As more people experience the natural pain relief associated with CBD oil, scientists are just beginning to scratch the surface of what powers this “new” phenomenon — has actually been used for thousands of years — might actually hold. CBD Oil for Pain Relief has become a go to method for numerous people dealing with different types of pain.
CBD oil, usually extracted from industrial hemp, is one of more than 120 compounds known as cannabinoids. While people commonly link CBD oil to cannabis, CBD does not affect the same receptors as tetrahydrocannabinol (THC) the cannabinoid that produces the “high” associated with marijuana.
What we do know is that humans have a complex endocannabinoid system that regulates a variety of physiological and cognitive processes including but not limited to mood, memory, sleep, appetite, pain sensation, and immune responses. This system produces its own endocannabinoids as well as reacting to signals from cannabinoids introduced into the body.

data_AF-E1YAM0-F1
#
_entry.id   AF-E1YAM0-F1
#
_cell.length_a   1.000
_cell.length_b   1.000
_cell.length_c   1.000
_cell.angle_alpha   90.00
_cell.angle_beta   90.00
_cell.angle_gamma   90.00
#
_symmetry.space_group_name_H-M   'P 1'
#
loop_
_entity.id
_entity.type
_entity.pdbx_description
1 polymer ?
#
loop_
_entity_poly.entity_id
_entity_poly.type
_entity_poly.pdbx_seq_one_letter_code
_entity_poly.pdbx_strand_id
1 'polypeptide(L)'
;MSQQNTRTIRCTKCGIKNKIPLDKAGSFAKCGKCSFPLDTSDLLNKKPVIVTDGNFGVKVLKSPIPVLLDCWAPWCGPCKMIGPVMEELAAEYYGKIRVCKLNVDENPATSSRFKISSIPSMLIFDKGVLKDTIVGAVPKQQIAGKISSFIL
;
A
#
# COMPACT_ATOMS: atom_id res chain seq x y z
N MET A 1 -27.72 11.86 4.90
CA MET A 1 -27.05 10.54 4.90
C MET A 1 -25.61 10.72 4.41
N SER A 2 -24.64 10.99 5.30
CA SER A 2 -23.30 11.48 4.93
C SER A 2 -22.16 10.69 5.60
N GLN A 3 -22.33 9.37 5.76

Upon entering the body, THC affects the brain’s endocannabinoid receptors by activating the brain’s reward system and producing feel-good chemicals such as dopamine creating a psychoactive effect. CBD, on the other hand, does not result in an altered state. Instead, it influences the body to use its own naturally occurring endocannabinoids more effectively.
How does that work? For example, CBD can stop the body from absorbing the compound anandamide, which is associated with regulating pain, thereby reducing a person’s feeling of pain. Additionally, it can reduce inflammation which can also result in decreased pain.
Recently, CBD oil has seen an increase in popularity for easing pain and inflammation associated with arthritis. While these are primary findings, researchers noted significant reduction in inflammation and pain when participants received a topical treatment containing CBD oil.
Scientists continue to compile research on exactly how CBD oil works and how its powers can be harnessed to treat pain.